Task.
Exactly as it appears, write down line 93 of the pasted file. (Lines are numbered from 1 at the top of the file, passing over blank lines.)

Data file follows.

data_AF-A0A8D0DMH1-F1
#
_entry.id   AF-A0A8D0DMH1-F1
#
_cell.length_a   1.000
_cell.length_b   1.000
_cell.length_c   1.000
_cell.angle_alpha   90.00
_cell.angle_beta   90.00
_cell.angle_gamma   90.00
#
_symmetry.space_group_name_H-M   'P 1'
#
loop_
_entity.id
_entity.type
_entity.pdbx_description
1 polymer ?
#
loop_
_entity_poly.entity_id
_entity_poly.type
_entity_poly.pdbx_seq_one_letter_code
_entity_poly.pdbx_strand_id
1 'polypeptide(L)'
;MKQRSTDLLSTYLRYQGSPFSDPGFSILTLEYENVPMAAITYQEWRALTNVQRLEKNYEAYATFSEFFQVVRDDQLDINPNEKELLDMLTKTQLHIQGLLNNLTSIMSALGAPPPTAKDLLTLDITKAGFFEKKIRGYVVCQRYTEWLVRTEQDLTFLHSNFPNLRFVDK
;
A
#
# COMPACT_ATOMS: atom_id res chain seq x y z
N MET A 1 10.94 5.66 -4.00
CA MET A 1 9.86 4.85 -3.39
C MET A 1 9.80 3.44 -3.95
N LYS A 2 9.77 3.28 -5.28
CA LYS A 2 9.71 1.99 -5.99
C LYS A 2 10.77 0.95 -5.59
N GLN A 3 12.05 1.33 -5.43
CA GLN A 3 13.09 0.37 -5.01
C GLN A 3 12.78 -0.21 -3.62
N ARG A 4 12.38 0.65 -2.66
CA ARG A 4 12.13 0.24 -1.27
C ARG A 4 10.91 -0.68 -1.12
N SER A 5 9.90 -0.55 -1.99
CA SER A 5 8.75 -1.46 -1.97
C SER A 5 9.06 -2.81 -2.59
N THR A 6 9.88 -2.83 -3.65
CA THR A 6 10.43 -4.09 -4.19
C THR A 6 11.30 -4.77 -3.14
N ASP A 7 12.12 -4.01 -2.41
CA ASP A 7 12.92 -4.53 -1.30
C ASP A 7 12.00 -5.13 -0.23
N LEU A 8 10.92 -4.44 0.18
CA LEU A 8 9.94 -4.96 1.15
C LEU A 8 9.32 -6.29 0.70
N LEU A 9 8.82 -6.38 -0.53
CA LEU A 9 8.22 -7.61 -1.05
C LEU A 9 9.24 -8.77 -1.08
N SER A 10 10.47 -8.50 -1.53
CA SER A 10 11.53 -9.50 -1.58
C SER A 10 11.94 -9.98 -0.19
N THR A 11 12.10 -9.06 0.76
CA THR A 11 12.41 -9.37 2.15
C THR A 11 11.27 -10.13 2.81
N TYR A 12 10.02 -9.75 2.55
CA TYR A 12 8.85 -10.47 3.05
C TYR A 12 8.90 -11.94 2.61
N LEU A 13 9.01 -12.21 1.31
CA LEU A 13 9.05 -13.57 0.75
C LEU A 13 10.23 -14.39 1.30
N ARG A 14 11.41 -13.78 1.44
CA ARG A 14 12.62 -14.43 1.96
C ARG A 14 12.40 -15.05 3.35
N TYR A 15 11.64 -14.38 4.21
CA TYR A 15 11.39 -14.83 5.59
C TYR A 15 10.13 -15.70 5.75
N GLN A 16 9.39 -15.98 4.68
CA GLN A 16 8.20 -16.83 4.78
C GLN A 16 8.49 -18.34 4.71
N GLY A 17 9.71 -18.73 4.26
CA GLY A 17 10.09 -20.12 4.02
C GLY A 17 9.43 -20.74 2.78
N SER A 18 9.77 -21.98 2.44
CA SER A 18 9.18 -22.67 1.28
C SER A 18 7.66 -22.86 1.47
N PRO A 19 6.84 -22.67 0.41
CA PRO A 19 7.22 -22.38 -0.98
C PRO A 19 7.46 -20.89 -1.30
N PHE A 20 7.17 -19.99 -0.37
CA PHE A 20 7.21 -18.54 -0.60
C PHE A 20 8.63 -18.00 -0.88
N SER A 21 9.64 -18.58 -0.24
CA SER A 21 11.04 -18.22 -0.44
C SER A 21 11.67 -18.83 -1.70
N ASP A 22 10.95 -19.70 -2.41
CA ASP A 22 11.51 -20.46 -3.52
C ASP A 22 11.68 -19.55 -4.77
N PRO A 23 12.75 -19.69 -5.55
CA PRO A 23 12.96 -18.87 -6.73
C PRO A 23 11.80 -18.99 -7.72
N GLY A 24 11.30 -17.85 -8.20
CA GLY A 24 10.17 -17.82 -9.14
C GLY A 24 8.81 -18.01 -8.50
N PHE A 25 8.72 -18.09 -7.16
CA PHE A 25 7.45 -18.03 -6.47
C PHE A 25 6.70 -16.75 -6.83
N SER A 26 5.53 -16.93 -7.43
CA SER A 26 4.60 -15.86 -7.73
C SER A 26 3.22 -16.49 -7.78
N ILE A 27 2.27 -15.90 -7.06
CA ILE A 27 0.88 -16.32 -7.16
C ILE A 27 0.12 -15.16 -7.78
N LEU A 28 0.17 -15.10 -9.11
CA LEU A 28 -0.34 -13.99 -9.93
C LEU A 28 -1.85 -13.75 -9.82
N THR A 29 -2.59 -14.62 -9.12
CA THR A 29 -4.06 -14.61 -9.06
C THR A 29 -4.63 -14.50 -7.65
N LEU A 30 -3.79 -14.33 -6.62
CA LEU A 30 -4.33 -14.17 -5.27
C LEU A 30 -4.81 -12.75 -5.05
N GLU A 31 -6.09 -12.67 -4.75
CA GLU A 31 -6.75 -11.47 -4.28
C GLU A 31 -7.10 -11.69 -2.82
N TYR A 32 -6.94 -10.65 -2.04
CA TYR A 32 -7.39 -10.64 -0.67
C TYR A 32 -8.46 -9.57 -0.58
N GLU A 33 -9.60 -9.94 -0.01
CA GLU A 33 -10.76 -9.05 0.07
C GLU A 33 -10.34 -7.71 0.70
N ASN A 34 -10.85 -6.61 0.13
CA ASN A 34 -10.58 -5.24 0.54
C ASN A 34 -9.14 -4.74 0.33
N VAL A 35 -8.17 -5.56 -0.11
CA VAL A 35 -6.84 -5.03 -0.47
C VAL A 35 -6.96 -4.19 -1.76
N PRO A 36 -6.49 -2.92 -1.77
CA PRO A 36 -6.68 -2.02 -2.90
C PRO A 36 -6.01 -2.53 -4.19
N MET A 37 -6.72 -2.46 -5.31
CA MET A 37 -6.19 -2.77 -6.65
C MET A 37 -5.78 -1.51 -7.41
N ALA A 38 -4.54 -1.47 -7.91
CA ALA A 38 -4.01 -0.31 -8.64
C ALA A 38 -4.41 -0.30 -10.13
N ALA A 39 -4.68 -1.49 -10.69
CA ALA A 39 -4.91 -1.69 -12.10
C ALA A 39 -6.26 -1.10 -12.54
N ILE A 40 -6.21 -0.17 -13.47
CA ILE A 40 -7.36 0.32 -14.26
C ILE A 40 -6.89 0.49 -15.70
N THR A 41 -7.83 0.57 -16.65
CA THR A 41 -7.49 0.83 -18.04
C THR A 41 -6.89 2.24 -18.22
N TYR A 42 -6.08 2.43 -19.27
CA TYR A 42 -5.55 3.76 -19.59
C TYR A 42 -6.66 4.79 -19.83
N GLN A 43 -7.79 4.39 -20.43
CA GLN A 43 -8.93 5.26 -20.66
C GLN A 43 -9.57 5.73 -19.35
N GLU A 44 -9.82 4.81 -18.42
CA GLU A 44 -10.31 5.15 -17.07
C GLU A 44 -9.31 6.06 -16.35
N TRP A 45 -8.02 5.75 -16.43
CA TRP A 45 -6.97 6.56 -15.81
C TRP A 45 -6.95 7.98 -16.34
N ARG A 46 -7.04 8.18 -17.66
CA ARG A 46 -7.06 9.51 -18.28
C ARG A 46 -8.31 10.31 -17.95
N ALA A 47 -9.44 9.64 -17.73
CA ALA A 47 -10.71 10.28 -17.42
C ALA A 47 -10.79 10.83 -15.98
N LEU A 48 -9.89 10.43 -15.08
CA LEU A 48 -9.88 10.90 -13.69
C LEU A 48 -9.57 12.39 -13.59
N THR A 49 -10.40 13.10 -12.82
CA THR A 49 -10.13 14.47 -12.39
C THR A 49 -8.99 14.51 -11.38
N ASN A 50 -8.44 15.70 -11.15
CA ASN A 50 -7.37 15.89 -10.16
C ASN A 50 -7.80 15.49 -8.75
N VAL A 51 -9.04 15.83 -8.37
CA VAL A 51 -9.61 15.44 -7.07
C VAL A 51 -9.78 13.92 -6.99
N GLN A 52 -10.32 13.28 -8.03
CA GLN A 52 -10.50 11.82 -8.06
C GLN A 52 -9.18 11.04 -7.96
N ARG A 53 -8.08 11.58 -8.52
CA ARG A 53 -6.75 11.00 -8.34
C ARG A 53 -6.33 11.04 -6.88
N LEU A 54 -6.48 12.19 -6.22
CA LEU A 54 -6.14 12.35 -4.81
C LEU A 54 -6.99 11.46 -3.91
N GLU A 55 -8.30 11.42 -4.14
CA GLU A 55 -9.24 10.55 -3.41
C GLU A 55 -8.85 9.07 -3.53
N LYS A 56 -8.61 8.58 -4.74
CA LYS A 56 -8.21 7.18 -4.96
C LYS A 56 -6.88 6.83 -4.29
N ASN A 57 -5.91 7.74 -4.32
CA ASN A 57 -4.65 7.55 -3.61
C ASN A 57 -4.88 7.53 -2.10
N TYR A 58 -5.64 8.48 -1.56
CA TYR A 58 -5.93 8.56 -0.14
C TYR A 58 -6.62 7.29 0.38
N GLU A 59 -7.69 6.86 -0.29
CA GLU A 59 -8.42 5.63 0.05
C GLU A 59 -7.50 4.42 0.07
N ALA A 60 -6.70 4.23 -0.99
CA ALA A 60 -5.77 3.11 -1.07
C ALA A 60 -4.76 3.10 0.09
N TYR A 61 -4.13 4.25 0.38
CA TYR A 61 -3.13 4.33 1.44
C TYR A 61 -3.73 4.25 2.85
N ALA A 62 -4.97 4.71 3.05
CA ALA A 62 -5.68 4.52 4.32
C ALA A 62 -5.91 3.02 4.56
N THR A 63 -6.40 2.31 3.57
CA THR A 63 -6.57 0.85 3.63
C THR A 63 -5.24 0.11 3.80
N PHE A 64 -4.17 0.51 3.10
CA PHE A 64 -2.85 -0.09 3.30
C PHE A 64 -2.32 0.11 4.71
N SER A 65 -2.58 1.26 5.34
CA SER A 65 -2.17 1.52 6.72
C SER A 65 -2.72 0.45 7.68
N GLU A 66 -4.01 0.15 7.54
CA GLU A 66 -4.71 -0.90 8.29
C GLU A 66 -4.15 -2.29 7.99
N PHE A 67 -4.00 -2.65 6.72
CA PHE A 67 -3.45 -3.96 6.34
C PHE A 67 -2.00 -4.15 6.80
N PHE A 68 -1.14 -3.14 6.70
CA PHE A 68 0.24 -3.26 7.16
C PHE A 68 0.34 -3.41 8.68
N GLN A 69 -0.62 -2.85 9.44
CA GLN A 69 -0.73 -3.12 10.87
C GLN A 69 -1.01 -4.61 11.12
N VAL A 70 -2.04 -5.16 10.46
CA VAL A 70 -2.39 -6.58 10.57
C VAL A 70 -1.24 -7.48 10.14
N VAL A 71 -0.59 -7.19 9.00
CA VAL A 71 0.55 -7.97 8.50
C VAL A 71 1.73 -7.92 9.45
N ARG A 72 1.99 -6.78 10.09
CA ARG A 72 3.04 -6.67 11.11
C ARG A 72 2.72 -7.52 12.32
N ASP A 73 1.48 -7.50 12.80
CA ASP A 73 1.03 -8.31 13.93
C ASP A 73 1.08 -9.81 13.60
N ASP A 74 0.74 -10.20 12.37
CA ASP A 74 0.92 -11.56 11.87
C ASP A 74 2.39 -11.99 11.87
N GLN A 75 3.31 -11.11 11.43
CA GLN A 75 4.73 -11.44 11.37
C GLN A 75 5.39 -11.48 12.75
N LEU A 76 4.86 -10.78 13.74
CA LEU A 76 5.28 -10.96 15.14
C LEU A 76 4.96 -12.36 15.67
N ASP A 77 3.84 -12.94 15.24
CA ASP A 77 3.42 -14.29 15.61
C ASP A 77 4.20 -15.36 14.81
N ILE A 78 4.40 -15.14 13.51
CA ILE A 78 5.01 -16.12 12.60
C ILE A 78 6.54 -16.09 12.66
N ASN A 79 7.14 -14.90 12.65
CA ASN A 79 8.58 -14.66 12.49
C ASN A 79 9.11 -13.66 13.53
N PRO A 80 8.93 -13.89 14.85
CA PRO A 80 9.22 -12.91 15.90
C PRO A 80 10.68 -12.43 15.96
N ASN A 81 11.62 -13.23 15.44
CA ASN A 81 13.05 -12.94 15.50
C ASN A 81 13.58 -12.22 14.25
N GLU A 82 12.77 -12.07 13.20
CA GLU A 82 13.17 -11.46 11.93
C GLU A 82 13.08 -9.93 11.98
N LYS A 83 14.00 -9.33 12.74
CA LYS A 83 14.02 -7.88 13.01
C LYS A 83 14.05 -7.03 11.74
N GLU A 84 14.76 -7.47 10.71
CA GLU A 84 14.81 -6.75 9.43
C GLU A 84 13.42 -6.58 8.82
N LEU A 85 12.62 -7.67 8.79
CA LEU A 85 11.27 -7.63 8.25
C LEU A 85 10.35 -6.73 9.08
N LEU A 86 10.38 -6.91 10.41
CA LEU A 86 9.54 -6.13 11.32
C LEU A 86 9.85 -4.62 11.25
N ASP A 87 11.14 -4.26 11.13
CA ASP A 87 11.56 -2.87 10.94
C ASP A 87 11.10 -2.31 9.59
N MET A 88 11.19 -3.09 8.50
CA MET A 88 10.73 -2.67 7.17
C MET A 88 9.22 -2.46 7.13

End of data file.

C SER A 21 11.67 -18.83 -1.70